This practice works to the seller’s disadvantage: it produces lower prices than an open-ended auction would, for the auction might close with some bidders left wanting to bid higher but unable to. How can sniping be prevented? eBay’s solution is to accept proxy bids. Bidders may confidentially tell eBay’s automated bidding agent the maximum they are prepared to bid. If the current bid level is smaller than a proxy bid, eBay’s computer automatically submits a bid on behalf of the proxy bidder, a small increment above the current high bid. The agent stays in the bidding up to the level of the proxy bid. Thus the proxy bidder could win, depending on the competition, at any price up to the level of the proxy bid. The price the proxy bidder pays is the second-highest bid plus a bid increment. eBay’s proxy bidding does not always succeed in eliminating sniping, however. Savvy bidders still often hold their bids to the last second, in the hope of preventing a bidding war.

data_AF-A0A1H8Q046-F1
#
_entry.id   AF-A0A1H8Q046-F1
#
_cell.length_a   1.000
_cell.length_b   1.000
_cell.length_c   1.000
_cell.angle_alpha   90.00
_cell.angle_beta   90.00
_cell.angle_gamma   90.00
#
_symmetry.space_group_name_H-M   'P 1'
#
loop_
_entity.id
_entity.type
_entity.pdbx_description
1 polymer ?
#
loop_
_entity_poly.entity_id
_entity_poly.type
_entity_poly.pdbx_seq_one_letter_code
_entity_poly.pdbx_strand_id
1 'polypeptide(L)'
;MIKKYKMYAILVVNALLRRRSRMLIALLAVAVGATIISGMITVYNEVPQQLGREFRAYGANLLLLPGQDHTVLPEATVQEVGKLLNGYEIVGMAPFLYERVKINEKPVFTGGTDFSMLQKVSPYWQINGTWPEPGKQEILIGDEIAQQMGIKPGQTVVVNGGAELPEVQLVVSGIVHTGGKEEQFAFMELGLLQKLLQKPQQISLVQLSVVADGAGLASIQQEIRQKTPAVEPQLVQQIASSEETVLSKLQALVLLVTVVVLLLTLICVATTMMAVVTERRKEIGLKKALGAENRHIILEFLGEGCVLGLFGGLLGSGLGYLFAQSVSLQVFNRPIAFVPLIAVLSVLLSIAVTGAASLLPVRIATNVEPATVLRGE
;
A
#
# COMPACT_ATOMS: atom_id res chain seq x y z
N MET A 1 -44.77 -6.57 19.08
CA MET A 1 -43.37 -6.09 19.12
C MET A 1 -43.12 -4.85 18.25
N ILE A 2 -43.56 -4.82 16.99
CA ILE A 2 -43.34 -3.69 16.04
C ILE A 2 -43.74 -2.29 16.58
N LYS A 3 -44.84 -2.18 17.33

pages: 252 words: 73,131

The Inner Lives of Markets: How People Shape Them—And They Shape Us by Tim Sullivan